“It is amazing to see that younger generations are no longer afraid to be themselves”
BY ELEANOR NOYCE, IMAGE BY PEXELS
New research conducted by Stonewall and Ipsos Mori has found that, in Great Britain, only 53% of Gen Z are exclusively attracted to the opposite sex. Identifying considerable generational differences, 2 in 5 or 40% of Gen Z respondents reported having same-sex attractions, suggesting that young people increasingly feel able to use lesbian, gay and bi labels.
The study further finds that amongst Gen Zs, more people identify as bisexual or pansexual at 14% than gay or lesbian, marking 2% and 3% respectively. By comparison, 3 in 4 – or 77% – of Baby Boomers stated that they were exclusively attracted to people of the opposite sex. Amongst the public in its entirety, this figure stands at two thirds or 66%.
Importantly, the study also finds that 2% of people identify as asexual, including 5% of Gen Z. Asexual activist, model and researcher Yasmin Benoit remarks: “Asexuality has often been considered as an ‘invisible orientation,’ originally thought to occur in only 1% of the population. However, this exciting new research shows that more people of diverse ages identifying as being part of the ace community than ever before. The rise to 2% means that over 134,4400 people in the UK may identify as asexual.
“This isn’t because more people are suddenly becoming asexual, it’s because our understanding of different sexualities is expanding and there is more awareness of asexuality. It’s incredible to see ace people being out and proud, and we need to do more as a society to ensure that this growing population of people are recognised and protected like other minorities.”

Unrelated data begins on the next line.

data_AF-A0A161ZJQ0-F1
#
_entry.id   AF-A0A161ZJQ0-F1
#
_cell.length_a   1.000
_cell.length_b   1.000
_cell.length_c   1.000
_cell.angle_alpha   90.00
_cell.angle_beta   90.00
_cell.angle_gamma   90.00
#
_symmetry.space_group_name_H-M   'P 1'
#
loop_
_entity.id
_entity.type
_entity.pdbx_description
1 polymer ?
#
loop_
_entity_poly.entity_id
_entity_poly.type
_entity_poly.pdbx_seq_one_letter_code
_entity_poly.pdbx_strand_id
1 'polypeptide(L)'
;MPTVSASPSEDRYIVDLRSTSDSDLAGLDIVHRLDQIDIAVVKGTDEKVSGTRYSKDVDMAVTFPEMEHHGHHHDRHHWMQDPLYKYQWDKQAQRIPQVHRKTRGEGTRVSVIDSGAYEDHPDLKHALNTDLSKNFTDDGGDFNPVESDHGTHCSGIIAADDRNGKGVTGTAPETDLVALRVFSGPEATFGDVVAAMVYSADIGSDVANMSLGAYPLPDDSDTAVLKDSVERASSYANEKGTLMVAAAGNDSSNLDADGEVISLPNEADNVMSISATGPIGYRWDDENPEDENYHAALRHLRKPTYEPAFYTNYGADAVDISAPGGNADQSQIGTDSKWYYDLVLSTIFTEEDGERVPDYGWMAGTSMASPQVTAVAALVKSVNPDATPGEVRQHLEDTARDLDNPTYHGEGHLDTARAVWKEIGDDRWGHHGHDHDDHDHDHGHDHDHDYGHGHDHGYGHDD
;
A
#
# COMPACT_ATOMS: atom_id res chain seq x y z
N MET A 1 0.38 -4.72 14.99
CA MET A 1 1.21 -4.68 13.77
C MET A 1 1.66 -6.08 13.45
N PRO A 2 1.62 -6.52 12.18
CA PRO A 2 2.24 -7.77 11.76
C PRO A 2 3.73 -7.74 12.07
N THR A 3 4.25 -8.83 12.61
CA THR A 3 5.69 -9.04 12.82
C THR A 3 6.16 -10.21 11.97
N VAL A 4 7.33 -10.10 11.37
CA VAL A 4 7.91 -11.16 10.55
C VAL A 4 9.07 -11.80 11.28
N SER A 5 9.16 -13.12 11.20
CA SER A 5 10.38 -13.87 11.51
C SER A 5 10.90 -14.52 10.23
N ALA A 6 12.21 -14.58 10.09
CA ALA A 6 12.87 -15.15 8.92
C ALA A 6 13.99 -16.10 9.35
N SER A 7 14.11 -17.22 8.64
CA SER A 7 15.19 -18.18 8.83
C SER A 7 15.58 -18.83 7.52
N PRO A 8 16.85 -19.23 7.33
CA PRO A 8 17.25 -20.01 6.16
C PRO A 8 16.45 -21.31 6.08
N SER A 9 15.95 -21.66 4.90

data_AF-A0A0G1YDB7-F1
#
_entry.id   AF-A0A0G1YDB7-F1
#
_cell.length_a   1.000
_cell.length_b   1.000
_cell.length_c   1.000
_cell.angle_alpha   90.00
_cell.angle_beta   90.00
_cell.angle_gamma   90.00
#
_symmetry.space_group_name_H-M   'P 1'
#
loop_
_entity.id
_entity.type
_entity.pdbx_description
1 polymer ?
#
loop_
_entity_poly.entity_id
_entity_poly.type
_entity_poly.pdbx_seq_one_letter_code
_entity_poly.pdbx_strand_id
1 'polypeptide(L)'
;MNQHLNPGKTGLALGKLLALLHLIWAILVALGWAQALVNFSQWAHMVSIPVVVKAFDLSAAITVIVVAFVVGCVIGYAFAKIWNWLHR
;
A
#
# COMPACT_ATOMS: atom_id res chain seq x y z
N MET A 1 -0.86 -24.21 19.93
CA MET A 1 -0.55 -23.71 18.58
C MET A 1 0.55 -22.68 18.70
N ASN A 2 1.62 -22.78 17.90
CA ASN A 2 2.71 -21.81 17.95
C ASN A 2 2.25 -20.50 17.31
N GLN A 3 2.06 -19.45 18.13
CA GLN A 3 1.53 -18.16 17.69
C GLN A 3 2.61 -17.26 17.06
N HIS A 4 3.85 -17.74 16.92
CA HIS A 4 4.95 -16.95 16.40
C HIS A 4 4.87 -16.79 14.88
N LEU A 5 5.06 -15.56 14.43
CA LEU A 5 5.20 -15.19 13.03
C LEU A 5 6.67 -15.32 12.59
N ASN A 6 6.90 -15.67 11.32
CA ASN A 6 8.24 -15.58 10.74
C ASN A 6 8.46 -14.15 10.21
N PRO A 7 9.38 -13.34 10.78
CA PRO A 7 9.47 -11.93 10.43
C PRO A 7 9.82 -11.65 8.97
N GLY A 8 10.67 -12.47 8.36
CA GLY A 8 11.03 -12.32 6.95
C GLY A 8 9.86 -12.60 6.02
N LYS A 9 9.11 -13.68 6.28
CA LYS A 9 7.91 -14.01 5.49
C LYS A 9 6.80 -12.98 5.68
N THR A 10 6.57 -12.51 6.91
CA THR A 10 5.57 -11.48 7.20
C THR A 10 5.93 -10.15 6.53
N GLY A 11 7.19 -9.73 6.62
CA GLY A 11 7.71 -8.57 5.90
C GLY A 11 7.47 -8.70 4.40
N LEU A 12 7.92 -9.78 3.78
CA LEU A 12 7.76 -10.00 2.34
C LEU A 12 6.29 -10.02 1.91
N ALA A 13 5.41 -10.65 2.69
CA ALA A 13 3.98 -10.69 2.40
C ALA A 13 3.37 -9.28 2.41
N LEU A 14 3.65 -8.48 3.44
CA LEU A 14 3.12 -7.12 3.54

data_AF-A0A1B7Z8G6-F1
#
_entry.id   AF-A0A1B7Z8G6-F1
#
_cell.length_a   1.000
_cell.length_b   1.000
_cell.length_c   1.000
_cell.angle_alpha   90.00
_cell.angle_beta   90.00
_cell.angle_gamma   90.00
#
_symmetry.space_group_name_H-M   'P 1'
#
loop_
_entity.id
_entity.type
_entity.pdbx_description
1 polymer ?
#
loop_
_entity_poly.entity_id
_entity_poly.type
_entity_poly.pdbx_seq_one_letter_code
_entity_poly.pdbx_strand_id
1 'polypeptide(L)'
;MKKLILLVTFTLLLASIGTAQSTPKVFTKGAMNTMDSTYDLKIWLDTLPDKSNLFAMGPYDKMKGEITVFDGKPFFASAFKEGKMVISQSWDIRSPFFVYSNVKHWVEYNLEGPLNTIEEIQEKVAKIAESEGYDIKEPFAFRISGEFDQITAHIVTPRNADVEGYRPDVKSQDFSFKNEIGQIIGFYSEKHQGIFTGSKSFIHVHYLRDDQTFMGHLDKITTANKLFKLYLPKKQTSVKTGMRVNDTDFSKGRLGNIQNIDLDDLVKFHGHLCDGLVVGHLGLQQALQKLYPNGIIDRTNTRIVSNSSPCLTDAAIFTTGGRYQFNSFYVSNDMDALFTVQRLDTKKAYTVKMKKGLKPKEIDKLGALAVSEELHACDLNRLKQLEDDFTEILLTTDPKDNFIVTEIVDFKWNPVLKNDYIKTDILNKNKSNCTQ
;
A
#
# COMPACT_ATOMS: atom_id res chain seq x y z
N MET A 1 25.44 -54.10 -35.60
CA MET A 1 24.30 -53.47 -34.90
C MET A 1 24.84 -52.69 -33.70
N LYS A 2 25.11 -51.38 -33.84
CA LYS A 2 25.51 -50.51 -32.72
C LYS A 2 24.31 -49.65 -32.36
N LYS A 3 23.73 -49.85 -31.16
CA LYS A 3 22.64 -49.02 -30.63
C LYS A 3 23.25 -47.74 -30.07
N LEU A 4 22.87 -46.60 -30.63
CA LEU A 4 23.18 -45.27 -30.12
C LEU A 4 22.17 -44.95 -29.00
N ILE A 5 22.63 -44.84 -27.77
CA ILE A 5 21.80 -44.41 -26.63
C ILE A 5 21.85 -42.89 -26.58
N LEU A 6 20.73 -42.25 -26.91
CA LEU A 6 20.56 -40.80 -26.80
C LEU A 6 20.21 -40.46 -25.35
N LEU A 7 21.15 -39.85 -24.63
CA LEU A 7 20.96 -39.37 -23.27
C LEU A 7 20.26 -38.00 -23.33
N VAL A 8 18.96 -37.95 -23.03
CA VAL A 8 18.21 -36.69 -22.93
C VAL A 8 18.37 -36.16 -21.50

Standing at a point of reflection, these findings show that Great Britain is entering a new era. Notably, 2023 marks the 20th anniversary of the abolition of Section 28 in England and Wales, a homophobic piece of legislation that prohibited the “promotion of homosexuality” as a “pretended family relationship” by local councils. Coined by the Conservative Government under Margaret Thatcher, teachers were unable to discuss LGBTQIA issues, books with queer or remotely queer-coded themes were wiped from library shelves and LGBTQIA teachers lived in fear of losing their jobs.
20 years on, Stonewall is positive that a Rainbow Britain is realisable. Nancy Kelley, CEO of Stonewall, states: “This ground-breaking new report shows that our lives as LGBTQ+ people are more visible and connected to our friends and families. It is also amazing to see that younger generations are no longer afraid to be themselves and have supportive families and social environments to thrive.
“This profound sea-change in our identity and orientation indicates that the idea of a ‘culture war’ often referenced in parts of the media is a misnomer being propagated by a narrow section of society, out of touch with – and unwilling to accept – the reality of our diverse, inter-connected communities.”
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